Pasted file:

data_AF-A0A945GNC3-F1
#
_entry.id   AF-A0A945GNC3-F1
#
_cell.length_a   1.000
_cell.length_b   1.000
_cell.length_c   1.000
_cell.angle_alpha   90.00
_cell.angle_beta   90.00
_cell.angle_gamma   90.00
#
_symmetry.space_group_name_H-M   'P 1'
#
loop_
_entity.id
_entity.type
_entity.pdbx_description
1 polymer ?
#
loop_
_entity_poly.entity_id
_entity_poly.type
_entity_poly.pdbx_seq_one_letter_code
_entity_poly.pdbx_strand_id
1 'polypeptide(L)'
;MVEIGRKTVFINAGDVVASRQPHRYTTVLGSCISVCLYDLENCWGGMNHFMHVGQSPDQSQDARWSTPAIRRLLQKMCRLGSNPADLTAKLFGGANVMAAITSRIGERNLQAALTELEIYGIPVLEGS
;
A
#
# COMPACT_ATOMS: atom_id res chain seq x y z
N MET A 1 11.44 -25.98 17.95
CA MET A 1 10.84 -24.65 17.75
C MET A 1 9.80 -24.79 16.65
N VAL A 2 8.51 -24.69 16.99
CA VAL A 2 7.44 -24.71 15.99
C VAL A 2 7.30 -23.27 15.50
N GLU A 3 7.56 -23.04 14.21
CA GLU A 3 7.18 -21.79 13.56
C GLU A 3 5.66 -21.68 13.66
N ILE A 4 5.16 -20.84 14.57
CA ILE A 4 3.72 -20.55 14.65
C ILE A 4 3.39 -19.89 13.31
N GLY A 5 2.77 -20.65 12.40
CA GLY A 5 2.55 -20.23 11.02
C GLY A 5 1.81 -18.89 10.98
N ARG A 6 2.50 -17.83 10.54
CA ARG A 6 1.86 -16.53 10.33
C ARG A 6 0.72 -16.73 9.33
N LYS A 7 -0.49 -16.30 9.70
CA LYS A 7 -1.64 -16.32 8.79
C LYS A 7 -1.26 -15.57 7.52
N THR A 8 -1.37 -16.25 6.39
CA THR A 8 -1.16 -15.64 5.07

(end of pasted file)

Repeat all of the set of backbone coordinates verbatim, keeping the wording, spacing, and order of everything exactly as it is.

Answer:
data_AF-A0A945GNC3-F1
#
_entry.id   AF-A0A945GNC3-F1
#
_cell.length_a   1.000
_cell.length_b   1.000
_cell.length_c   1.000
_cell.angle_alpha   90.00
_cell.angle_beta   90.00
_cell.angle_gamma   90.00
#
_symmetry.space_group_name_H-M   'P 1'
#
loop_
_entity.id
_entity.type
_entity.pdbx_description
1 polymer ?
#
loop_
_entity_poly.entity_id
_entity_poly.type
_entity_poly.pdbx_seq_one_letter_code
_entity_poly.pdbx_strand_id
1 'polypeptide(L)'
;MVEIGRKTVFINAGDVVASRQPHRYTTVLGSCISVCLYDLENCWGGMNHFMHVGQSPDQSQDARWSTPAIRRLLQKMCRLGSNPADLTAKLFGGANVMAAITSRIGERNLQAALTELEIYGIPVLEGS
;
A
#
# COMPACT_ATOMS: atom_id res chain seq x y z
N MET A 1 11.44 -25.98 17.95
CA MET A 1 10.84 -24.65 17.75
C MET A 1 9.80 -24.79 16.65
N VAL A 2 8.51 -24.69 16.99
CA VAL A 2 7.44 -24.71 15.99
C VAL A 2 7.30 -23.27 15.50
N GLU A 3 7.56 -23.04 14.21
CA GLU A 3 7.18 -21.79 13.56
C GLU A 3 5.66 -21.68 13.66
N ILE A 4 5.16 -20.84 14.57
CA ILE A 4 3.72 -20.55 14.65
C ILE A 4 3.39 -19.89 13.31
N GLY A 5 2.77 -20.65 12.40
CA GLY A 5 2.55 -20.23 11.02
C GLY A 5 1.81 -18.89 10.98
N ARG A 6 2.50 -17.83 10.54
CA ARG A 6 1.86 -16.53 10.33
C ARG A 6 0.72 -16.73 9.33
N LYS A 7 -0.49 -16.30 9.70
CA LYS A 7 -1.64 -16.32 8.79
C LYS A 7 -1.26 -15.57 7.52
N THR A 8 -1.37 -16.25 6.39
CA THR A 8 -1.16 -15.64 5.07